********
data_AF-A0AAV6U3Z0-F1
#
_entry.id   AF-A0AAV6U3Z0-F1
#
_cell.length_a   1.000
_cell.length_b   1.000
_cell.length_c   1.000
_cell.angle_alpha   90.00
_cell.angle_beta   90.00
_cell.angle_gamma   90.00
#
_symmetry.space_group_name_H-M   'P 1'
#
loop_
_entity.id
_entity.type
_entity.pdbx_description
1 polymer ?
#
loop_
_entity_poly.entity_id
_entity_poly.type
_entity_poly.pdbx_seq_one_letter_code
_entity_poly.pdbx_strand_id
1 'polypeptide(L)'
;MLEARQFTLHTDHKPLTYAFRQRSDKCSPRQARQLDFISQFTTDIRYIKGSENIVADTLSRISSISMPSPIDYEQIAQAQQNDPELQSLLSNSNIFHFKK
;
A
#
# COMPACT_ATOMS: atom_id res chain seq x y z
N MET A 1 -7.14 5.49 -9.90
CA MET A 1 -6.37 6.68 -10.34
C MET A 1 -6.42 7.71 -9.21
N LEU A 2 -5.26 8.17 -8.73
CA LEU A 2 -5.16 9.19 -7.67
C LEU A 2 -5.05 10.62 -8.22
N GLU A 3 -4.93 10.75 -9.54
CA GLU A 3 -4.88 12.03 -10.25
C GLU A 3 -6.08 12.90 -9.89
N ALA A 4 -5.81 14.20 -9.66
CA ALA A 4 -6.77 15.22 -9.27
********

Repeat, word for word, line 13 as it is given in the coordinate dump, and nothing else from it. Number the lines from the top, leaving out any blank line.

#